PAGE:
The realisation that SXSW was around the corner sent a rush of panic through me, especially as I had carefully avoided planning a single thing. The vast schedule was a lot to take in. In fact, taking the schedule in was actually one of the listed events. However, once I got into the swing of things, I quickly realised that SXSW isn't a festival to be enjoyed via a meticulous itinerary, it's a journey of discovery, and you need to let the festival lead you. Once I processed this and let myself be open to what events were beckoning me, the experience went from overwhelming to thrilling. Emboldened, I courageously put down my phone and let my curiosity take hold.
As you might expect from a brief glimpse online these days, AI dominated the discussions in many sessions. Noelle Russell's insight, hailing from Amazon's Alexa team, on the importance of diverse design teams was eye-opening. She warned, “When it starts out it’s like a baby tiger and everyone thinks it’s super cute, but then the tiger gets big and kills someone”. Rather than killing off creativity, David Droga suggested AI might do the opposite, and that while “creativity needs technology to be real… technology needs creativity to be human”. Thus AI challenges us to elevate our creative game amidst the digital evolution. He also flagged that with these new tools the old adage that you can only have one of the trifecta of good, cheap and fast is no longer true. When someone raised the potential for AI to do harm and were summarily shot to pieces by an ED 209, I decided to walk on to another session.
Talks on leadership and future work dynamics post-Covid caught my attention. Kirstin Ferguson discussed 'head and heart' leadership alongside some concerning stats about workplace communication. The emphasis on creating psychologically safe and sociable workspaces, akin to cafes or hotels, resonated with me, especially the aspect of communal dining which is a cherished part of our culture at Moose. Rohit Bhargava's session urged us to envision a positive future and connect non-obvious trends, while Cindy Gallop called for a significant shift in female representation in startup investments, and pitched for her performance ad platform that upweights entertaining advertising.
The magnetic pull of a massive queue led me to Chance the Rapper’s keynote. His gentle discourse on rap's power to address injustice was captivating. His journey to becoming an independent artist tells us that we all have the power to either create or destroy: a poignant reminder of our mission at Paper Moose as an indie agency and B Corp — utilising creative power for good.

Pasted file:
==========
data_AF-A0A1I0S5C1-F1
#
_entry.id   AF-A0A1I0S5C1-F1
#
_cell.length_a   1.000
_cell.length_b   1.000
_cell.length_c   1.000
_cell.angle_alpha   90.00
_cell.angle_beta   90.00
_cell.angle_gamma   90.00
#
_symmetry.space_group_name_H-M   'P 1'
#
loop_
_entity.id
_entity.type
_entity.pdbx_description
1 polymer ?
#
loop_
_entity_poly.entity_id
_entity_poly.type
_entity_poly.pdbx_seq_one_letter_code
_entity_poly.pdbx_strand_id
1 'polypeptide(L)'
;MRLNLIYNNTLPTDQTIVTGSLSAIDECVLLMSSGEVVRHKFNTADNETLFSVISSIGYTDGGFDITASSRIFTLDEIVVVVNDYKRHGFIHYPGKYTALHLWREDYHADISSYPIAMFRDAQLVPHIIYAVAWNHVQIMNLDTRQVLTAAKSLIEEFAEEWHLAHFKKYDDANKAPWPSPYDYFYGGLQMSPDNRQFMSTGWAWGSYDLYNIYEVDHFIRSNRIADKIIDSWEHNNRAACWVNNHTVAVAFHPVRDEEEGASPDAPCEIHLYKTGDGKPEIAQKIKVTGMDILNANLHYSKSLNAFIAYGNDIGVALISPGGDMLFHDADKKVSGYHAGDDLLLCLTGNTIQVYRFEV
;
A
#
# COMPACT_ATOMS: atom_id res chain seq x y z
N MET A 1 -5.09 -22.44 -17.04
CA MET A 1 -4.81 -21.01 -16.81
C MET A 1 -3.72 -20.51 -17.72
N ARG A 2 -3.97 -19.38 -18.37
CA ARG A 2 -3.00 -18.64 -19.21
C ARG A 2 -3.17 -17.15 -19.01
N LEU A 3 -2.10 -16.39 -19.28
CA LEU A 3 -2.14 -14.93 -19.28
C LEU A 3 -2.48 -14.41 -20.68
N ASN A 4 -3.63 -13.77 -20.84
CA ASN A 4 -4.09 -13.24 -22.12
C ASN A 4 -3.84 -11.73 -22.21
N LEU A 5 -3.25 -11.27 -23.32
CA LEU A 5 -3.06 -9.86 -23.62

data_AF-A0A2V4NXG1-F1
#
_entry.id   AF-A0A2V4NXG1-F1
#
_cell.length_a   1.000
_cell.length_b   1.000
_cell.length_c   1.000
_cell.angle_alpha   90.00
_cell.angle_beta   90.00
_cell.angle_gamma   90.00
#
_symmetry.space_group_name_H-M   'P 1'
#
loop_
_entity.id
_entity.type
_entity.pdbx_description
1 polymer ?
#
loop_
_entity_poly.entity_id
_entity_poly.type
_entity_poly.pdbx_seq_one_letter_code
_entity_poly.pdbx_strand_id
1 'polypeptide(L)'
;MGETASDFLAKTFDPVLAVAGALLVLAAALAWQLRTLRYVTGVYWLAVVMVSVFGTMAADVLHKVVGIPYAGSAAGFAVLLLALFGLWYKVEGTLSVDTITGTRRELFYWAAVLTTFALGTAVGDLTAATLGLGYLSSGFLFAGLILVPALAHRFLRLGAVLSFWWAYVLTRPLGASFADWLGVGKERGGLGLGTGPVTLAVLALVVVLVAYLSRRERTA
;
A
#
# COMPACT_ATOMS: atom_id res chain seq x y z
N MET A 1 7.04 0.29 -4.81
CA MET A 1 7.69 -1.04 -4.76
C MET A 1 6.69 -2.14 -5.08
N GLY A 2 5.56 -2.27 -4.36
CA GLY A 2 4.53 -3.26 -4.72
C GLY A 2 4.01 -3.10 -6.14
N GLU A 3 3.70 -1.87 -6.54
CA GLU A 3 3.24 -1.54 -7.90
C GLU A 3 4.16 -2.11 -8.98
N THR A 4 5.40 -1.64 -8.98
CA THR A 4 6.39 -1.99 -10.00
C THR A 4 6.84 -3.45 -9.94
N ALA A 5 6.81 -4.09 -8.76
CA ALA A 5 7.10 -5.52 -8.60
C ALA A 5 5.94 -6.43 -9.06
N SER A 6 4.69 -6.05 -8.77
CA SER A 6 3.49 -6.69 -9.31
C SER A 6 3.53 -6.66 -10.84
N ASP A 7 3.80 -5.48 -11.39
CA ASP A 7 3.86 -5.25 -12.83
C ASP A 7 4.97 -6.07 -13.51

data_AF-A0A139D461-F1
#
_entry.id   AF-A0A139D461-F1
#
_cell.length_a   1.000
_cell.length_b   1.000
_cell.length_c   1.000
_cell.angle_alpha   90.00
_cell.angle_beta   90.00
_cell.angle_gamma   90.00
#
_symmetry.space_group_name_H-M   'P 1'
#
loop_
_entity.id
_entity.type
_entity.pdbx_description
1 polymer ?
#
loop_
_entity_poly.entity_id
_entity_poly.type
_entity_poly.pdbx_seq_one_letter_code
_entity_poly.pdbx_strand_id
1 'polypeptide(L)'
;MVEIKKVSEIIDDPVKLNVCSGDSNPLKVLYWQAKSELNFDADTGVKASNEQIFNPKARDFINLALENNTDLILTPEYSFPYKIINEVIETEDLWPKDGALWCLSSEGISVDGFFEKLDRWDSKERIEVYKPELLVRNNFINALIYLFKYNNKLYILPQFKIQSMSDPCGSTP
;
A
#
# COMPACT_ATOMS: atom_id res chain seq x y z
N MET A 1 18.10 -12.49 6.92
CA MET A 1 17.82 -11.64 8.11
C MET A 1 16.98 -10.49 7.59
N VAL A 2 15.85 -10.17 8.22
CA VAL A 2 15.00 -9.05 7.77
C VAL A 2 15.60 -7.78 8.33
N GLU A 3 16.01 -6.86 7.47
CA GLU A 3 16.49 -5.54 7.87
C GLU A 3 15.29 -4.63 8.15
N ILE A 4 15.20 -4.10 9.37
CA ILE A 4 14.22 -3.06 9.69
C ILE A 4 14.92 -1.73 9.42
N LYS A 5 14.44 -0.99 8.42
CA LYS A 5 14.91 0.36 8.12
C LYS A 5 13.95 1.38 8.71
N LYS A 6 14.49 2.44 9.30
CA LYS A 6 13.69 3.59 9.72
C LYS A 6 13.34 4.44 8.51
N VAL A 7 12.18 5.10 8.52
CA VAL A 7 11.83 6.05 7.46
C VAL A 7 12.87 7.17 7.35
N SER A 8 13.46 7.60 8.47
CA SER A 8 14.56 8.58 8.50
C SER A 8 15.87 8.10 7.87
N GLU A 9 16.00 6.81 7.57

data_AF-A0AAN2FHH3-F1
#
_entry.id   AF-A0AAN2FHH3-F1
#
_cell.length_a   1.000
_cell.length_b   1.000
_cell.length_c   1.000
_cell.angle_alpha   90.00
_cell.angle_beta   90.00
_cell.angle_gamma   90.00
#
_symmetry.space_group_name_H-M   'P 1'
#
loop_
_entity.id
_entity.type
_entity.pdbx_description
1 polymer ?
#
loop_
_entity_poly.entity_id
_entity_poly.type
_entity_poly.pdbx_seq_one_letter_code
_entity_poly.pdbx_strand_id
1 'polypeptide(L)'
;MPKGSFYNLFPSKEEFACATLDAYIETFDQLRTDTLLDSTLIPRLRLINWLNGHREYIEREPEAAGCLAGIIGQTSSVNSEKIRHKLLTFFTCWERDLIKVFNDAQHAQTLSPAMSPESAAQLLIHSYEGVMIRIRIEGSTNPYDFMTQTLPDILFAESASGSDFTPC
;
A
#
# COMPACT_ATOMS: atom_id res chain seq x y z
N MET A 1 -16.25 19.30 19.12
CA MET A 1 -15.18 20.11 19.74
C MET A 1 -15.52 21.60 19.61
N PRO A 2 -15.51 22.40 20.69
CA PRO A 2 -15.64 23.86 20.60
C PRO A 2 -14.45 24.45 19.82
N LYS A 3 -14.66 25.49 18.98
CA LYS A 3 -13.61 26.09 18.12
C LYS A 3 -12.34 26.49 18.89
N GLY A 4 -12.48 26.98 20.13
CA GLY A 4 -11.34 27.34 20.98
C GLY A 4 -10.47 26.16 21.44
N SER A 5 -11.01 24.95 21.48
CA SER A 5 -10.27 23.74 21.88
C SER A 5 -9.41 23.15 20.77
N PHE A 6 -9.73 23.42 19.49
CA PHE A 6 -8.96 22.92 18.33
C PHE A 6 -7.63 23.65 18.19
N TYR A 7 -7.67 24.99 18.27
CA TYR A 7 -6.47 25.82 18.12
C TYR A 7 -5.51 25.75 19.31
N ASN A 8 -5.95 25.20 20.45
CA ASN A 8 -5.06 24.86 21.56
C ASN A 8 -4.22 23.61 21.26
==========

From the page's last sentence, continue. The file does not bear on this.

The session with Black Mirror’s Charlie Brooker was a humorous yet profound examination of our technological age. Intriguingly, he and I have both experienced the same Venn diagram overlap of “tech-powered sentimentality” and “child poo”, as he described how Apple had also shared a happy memory of one of his children’s toilet-based creations. Probably not the intended experience the Apple designers had had their minds on, but certainly one that has happened to me and Charlie Brooker. From Charlie Brooker’s “poo” story I decided to head back to the other end of the eating journey: the ‘Future of Food’ session opened a window into alternative food technologies, like the V2 technology incorporating algae in protein burgers and Nourish Ingredients that showcased their chicken wings with an edible bone. All of this was topped off with Rove having to uncomfortably consume these live on stage. Weird though it seems first time, it was a pleasant reminder that progress and our steps towards an environmental future will feature many of these mini “frontier” moments where we’re a bit out of our comfort zone. But that’s what makes progress exciting: pushing through the comfort barrier for the sake of something better.
The music and film sessions were a rollercoaster ride across different genres, culminating in a mind-expanding finish to the SXSW week: transitioning smoothly from indie tunes to K-pop and NZ hip-hop, this perfectly encapsulated the essence of SXSW as a fertile ground for exploration and creative nourishment.
SXSW emerged as a panoramic lens, granting a glimpse into the crux of contemporary creativity, technological advancements, and the shifting paradigms of work and leadership. The voyage, though initially daunting, morphed into a treasure trove of insights and a testament to the boundless horizons of open exploration. As I reflect on the week, the engagements, dialogues, and the spontaneous dives into the unknown not only enriched my understanding but also re-energised a fascination and passion to navigate the uncharted waters of purpose-led innovation and meaningful narratives, echoing the ethos of continuous learning and growth at Paper Moose.
We acknowledge the Traditional Custodians of the land upon which we create, the Gadigal People of the Eora Nation. We pay our respect to their Elders past and present, and extend that respect to all Aboriginal and Torres Strait Islander peoples today.
Always was, always will be, Aboriginal land.